If Bill Gates is known for founding Microsoft and building it into one of the world’s most powerful companies, Paul Allen might be best known for founding Microsoft — and then, in 1983, walking away. Allen, who died this week at age 65, spent the remainder of his life pursuing his passions in oceanography, aviation, philanthropy, music, art, and supporting the Pacific Northwest — including buying the Seattle Seahawks and Portland Trail Blazers to ensure they didn’t move to sunnier climes — but it was a series of decisions he made early on at Microsoft that set the company on its path to world-transforming success.
Micro-Soft was founded in 1975 (it dropped the hyphen a year later) after Allen convinced his high-school friend Bill Gates to join him in dropping out of college to develop software for a new type of computer known then as “microcomputers” — what we’d called a desktop computer today. Microcomputers were meant for the home hobbyist and were radically smaller than the massive mainframes meant for large businesses that had defined computing until then. Their first success came in building a pared-down version of the BASIC programming language that could run on the smaller machines.
Allen was the more creative programmer, while Gates had a sharper business acumen. But it was Allen who made one of the key business decisions that turned Microsoft from a small player in the world of software to one of the world’s largest companies. In 1980, IBM hired Microsoft to write an operating system for its IBM Personal Computer. Allen and Gates secured the deal without actually having an operating system ready for IBM. They bought an operating system, QDOS (or Quick and Dirty Operating System) from another programmer for $100,000, and spent a year turning it into something that could run on the IBM PC, calling it MS-DOS, or Microsoft Disk Operating System.
Crucially, Allen made the decision to sell MS-DOS to IBM, but relinquish any royalties from IBM in exchange for the right to license MS-DOS to any and all competitors as well. When the IBM PC became a runaway success, a series of IBM clones quickly hit the market, and Microsoft was able to sell MS-DOS to all of them as well. MS-DOS became an industry standard.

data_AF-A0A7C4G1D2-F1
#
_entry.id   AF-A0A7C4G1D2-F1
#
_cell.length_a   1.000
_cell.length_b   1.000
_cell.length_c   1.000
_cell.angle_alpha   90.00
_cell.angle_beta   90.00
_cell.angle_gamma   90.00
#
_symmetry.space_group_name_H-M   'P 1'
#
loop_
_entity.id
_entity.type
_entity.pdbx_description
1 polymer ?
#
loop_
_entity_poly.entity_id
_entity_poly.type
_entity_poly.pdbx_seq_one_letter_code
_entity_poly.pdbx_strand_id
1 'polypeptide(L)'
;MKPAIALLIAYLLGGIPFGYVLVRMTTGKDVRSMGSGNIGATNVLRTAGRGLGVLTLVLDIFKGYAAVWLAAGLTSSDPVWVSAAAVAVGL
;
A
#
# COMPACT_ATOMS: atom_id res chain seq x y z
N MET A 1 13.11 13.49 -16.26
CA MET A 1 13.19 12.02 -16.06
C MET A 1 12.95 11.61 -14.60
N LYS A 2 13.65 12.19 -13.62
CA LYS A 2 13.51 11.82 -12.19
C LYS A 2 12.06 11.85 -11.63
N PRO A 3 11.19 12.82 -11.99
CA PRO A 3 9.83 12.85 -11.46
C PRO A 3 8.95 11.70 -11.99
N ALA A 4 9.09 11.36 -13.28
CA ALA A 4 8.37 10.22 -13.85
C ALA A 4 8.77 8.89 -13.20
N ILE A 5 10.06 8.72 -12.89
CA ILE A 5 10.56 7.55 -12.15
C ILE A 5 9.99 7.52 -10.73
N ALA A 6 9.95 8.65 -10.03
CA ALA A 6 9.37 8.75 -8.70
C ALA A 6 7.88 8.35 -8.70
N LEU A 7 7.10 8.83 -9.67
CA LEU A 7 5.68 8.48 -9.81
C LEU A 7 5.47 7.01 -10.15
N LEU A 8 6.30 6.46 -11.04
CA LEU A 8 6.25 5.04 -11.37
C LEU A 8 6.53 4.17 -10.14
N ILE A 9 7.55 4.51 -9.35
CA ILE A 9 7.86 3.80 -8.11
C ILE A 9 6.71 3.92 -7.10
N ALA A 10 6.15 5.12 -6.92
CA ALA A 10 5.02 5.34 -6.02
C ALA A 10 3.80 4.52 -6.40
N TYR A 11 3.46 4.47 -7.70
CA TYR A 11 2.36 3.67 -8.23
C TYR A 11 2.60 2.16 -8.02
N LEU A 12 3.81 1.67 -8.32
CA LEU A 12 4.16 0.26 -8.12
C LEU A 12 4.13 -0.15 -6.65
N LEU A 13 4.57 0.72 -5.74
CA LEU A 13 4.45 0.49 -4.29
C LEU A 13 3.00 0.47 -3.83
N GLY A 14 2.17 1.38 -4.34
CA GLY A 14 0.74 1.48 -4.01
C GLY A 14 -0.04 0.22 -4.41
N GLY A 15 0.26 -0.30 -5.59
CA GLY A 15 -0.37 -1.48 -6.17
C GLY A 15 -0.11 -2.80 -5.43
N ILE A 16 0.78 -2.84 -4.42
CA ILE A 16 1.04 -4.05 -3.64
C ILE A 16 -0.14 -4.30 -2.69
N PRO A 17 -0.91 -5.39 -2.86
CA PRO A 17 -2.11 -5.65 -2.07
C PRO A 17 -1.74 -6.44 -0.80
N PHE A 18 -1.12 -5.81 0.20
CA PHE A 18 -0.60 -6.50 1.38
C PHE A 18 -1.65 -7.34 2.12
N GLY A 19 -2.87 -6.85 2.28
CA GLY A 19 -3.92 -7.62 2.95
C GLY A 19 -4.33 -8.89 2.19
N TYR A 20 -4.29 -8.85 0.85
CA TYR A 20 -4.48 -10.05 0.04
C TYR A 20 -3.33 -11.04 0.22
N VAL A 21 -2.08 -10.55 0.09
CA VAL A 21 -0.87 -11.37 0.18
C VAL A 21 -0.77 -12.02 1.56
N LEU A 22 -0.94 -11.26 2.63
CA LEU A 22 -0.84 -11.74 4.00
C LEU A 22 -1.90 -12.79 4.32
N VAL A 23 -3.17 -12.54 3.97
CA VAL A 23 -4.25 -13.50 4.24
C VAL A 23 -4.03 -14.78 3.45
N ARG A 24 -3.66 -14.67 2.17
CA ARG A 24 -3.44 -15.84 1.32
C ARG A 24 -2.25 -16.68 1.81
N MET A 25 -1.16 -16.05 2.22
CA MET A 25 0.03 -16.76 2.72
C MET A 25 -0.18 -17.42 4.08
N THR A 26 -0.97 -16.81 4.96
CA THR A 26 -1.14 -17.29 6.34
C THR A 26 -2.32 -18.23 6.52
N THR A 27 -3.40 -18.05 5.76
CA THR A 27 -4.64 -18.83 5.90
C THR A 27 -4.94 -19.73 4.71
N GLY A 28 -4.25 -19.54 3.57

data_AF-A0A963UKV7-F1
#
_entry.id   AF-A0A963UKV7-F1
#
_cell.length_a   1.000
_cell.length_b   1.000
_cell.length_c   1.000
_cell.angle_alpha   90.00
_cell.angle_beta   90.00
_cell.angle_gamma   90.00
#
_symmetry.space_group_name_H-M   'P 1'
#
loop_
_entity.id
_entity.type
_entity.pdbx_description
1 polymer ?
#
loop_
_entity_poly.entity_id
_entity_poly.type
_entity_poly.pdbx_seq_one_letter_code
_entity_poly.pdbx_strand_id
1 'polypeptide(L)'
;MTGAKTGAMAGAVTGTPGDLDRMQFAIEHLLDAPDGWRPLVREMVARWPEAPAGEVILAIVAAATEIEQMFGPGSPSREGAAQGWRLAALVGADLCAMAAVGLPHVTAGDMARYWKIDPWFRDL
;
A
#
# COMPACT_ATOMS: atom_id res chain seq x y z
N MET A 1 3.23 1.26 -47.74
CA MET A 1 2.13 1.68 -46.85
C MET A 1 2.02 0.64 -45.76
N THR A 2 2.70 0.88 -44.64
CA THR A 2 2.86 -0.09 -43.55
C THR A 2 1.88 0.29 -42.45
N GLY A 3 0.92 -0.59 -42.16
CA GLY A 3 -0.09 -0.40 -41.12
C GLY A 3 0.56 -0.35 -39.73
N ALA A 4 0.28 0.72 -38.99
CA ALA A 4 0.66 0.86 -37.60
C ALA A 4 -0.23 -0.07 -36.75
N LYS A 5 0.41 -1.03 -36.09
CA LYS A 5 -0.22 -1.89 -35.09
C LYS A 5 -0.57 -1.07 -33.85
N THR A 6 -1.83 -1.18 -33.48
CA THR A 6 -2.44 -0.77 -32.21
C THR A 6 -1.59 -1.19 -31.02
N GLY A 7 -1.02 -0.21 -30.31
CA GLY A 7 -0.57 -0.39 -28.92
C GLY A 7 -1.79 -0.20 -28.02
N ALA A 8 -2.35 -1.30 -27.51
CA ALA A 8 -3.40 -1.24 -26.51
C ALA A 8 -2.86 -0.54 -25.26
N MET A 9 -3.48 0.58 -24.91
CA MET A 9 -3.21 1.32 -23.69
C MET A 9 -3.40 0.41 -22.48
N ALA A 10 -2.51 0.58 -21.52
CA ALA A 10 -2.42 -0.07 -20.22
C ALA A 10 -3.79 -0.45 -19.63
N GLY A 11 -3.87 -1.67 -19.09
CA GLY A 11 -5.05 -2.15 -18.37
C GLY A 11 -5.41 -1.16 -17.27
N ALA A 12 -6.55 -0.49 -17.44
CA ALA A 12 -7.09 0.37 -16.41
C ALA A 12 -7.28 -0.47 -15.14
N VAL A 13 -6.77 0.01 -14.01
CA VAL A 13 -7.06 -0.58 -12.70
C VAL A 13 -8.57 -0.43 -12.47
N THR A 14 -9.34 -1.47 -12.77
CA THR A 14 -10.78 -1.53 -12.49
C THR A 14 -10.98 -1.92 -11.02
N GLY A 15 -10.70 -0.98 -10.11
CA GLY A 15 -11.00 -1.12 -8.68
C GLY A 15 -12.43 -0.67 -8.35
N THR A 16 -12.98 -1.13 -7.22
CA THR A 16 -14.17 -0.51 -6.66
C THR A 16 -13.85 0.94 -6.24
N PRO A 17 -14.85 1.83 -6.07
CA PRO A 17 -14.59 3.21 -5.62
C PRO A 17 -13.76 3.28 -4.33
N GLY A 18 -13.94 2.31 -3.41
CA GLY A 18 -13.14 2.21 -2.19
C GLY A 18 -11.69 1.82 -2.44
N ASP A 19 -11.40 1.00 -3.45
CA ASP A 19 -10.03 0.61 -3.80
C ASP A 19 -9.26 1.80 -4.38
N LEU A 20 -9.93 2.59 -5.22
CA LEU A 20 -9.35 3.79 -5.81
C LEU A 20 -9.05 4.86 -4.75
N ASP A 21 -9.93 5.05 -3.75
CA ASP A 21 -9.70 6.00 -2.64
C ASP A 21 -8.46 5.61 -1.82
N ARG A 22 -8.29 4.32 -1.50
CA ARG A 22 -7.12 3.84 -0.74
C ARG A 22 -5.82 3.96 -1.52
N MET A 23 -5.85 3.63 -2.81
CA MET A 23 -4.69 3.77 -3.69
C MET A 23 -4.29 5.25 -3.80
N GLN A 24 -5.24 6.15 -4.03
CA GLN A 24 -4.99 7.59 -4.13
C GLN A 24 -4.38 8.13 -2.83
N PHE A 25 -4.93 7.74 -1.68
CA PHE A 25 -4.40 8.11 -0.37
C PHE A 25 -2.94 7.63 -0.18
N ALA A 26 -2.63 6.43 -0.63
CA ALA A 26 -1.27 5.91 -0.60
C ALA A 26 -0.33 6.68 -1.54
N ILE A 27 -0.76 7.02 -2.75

Behind the scenes, friction between Gates and Allen grew, especially over compensation — Gates secured 64 percent of the company for himself, while Allen had only 36 percent. Gates had also brought in his Harvard classmate Steve Ballmer to help run the business side of Microsoft, and Allen saw Gates and Ballmer as aligning against him.
In 1982, he started getting odd aches and night sweats, and eventually was diagnosed with Hodgkin’s lymphoma in 1982, at the age of 30. While he was able work with doctors to beat the disease, it caused him to decide to leave Microsoft.
“If I were to relapse, it would be pointless — if not hazardous — to return to the stresses at Microsoft,” he wrote in his 2011 autobiography Idea Man. “If I continued to recover, I now understood that life was too short to spend it unhappily.”
So Allen left Microsoft in 1983, but retained his stake in the company. When Microsoft went public in 1986, he became a billionaire. His interests were wide and varied, ranging from deep-sea exploration on his research vessel and megayacht the Octopus, to attempting to save the African elephant. He also donated over $2 billion to various philanthropic pursuits, including the Allen Institute for Brain Science and the Allen Institute for Artificial Intelligence.
He was also a talented and passionate amateur musician. In an interview with New York, Quincy Jones singled out Allen for his skill on guitar. “You know who sings and plays just like [Jimi] Hendrix?” Jones said. “Paul Allen.”
He passed away from complications due to non-Hodgkin’s lymphoma on Monday. In a statement, Gates said he was “heartbroken by the passing of one of my oldest and dearest friends.” Gates continued: “He channeled his intellect and compassion into a second act focused on improving people’s lives and strengthening communities in Seattle and around the world. He was fond of saying, ‘If it has the potential to do good, then we should do it.’ That’s the kind of person he was.”